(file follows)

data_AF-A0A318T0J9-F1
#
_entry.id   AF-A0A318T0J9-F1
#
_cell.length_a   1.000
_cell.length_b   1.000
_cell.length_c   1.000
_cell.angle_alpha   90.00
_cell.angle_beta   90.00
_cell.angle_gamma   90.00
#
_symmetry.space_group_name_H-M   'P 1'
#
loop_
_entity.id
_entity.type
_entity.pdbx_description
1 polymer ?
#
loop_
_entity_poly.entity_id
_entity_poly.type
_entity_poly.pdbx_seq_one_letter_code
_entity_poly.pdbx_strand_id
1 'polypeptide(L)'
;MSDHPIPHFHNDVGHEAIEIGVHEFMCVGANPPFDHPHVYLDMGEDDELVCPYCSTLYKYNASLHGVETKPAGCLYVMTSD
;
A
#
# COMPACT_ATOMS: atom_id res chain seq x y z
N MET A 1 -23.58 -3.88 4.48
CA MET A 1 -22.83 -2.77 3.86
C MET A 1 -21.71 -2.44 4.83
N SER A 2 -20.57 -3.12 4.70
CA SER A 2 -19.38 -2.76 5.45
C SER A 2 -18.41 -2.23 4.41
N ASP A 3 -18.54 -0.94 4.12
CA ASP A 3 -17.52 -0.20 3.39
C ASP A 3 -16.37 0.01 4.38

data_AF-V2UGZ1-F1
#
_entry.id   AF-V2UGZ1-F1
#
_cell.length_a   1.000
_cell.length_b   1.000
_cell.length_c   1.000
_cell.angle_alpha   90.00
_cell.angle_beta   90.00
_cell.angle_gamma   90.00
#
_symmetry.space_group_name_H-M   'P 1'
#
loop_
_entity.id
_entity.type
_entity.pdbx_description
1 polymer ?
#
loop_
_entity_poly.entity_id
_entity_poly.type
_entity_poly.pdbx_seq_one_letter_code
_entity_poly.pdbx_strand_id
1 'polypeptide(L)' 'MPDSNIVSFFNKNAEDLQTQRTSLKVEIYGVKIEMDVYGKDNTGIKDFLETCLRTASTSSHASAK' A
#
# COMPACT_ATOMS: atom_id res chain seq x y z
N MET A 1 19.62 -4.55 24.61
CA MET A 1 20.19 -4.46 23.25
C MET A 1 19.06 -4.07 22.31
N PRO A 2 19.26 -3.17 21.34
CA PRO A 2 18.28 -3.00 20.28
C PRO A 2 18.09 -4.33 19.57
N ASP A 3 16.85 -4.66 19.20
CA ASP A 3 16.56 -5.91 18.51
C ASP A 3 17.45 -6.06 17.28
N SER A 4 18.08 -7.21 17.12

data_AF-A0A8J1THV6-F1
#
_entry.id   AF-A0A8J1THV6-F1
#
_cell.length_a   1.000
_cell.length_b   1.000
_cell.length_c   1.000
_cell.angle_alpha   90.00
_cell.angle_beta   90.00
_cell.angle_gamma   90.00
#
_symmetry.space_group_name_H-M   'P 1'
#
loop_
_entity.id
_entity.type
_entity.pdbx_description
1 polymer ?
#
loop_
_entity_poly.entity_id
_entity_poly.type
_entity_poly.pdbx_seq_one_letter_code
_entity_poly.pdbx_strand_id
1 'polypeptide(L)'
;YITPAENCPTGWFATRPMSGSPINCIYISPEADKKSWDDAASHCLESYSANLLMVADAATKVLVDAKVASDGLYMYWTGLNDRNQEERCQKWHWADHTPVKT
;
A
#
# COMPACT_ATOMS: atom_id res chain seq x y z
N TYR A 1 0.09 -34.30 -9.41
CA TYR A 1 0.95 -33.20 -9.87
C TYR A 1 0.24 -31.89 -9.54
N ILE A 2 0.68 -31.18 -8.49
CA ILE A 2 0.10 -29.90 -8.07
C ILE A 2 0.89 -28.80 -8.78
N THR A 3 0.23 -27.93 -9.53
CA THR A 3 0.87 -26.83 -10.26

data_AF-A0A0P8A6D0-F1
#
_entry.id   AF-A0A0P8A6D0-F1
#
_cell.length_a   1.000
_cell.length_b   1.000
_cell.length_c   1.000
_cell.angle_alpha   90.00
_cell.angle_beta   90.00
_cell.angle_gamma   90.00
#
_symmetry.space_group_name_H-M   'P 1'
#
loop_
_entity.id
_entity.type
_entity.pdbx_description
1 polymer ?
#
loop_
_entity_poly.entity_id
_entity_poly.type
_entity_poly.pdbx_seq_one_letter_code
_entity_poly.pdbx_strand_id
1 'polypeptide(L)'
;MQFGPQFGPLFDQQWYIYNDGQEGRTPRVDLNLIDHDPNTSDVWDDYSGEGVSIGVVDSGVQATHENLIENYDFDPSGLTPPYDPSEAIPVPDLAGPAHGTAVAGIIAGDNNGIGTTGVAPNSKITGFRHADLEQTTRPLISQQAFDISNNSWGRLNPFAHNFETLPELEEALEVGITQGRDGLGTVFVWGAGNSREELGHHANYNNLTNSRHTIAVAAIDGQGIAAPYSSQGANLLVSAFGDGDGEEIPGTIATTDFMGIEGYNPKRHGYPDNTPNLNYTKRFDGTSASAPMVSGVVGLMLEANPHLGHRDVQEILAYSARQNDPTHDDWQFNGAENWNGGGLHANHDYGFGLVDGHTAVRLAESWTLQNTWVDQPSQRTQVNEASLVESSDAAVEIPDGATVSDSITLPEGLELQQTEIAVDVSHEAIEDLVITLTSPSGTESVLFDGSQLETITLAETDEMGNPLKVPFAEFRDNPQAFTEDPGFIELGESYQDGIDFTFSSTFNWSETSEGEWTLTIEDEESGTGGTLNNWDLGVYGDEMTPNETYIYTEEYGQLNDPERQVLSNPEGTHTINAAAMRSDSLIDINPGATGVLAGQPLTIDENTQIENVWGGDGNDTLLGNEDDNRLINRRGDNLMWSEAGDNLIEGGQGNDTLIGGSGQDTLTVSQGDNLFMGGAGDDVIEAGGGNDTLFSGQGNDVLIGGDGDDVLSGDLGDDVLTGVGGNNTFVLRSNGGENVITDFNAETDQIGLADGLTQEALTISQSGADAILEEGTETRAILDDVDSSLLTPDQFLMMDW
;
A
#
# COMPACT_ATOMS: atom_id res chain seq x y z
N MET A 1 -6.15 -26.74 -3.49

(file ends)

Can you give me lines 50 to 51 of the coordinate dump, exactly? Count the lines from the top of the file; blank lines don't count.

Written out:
#
_symmetry.space_group_name_H-M   'P 1'